WASHINGTON, DC – The National Venture Capital Association (NVCA) and 59 other organizations, individuals and interested stakeholders today expressed their shared disappointment that the Department of Homeland Security (DHS) delayed the effective date of the International Entrepreneur Rule and plans to rescind it entirely. In the comment letter organized by NVCA, the signatories encouraged DHS to use the delay to reexamine the decision to rescind the rule and prepare for accepting applications from talented foreign-born entrepreneurs beginning in March 2018 after the delay is over. Joining NVCA were leading national trade associations and advocacy groups, including FWD.us, Engine, ITI, and TechNet, as well as regional groups from the Midwest, New England, Mid Atlantic, Northeast and Southwest.
“President Trump has made winning the global competition for jobs a priority of his administration and we appreciate his stated focus on making our country the best place in the world to create a new enterprise,” the group of signatories wrote in the letter to DHS Acting Secretary Elaine Duke. “However, a key aspect of growing our economy is to ensure talented entrepreneurs start their companies here in the United States. The International Entrepreneur Rule will allow the world’s best entrepreneurs to create jobs in our country, rather than overseas where they will then compete with American workers and companies.”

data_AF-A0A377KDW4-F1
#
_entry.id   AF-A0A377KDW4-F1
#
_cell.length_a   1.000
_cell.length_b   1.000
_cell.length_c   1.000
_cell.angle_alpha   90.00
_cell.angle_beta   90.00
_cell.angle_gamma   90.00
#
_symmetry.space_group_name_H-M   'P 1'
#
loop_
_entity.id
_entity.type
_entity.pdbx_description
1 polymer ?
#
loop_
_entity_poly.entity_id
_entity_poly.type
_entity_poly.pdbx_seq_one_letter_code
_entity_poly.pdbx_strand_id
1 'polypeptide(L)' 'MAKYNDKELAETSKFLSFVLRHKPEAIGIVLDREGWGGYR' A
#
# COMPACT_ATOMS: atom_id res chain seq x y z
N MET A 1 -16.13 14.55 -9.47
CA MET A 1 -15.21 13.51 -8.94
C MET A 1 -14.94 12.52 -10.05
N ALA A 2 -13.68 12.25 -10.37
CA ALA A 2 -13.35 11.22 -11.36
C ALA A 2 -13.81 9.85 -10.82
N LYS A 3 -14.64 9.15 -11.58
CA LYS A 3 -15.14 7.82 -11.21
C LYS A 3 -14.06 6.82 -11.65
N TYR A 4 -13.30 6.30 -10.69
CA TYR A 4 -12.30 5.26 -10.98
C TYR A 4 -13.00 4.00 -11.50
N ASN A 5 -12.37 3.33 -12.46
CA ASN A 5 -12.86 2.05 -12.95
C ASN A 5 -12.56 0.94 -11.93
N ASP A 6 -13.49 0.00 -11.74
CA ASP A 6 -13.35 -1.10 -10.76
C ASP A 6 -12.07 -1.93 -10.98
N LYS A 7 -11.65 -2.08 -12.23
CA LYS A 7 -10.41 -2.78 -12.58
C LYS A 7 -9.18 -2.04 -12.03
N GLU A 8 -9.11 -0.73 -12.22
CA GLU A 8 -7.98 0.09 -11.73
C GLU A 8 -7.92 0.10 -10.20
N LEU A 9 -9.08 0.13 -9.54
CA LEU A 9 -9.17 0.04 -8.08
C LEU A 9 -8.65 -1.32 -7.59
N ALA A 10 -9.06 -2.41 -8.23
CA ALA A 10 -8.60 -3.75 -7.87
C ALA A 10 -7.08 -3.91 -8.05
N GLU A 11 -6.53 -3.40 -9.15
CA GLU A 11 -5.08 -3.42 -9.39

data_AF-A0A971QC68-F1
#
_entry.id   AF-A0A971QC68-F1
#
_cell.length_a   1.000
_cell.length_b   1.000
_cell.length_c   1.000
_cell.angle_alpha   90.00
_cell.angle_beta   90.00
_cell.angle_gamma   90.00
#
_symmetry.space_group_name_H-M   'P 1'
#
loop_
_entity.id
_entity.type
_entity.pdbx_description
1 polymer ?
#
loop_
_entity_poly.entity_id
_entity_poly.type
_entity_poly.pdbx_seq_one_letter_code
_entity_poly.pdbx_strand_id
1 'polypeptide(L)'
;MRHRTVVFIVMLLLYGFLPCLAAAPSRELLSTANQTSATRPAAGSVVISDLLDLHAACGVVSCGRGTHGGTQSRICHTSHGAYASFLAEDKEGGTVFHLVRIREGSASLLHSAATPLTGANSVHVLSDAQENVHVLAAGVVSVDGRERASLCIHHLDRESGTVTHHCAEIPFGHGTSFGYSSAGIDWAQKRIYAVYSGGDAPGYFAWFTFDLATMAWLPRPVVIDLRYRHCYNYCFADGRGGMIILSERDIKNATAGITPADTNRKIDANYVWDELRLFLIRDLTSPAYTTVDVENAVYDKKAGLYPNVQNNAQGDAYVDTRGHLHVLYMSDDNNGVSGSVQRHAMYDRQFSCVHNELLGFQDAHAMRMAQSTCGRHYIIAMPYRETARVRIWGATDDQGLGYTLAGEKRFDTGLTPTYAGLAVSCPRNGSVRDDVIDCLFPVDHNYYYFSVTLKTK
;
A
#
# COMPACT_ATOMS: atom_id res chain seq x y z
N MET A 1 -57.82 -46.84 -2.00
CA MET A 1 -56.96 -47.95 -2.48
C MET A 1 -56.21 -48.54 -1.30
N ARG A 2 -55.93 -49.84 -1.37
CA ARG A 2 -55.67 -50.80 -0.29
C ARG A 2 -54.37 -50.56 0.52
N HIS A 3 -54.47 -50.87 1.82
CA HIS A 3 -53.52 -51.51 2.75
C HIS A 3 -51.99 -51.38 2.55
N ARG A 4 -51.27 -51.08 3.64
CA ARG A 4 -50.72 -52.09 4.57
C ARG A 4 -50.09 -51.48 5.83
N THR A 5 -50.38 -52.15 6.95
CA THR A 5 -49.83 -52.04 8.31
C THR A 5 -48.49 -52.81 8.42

“Retaining the International Entrepreneur Rule will also further President’s Trump’s goal of making the U.S. more competitive on a global basis. American entrepreneurship is facing challenges abroad like never before, as other countries have replicated our tax, regulatory, and education policy to spur startup ecosystems of their own,” the group added. “In the immigration context, countries like Canada, France, Singapore, and the United Kingdom have created dedicated entrepreneur visas to attract job creators to their shores. Policies like these mean entrepreneurs no longer need to move to the U.S. to scale a startup, and venture investment is tracking this activity: two decades ago, U.S. startups received more than 90 percent of global venture capital investment, but that number fell to 81 percent a decade ago and fell further to 54 percent last year. In the last five years, at least half of the top ten largest venture investments in the world occurred outside our country. The United States must keep in place the International Entrepreneur Rule to attract the best entrepreneurs rather than push them away.”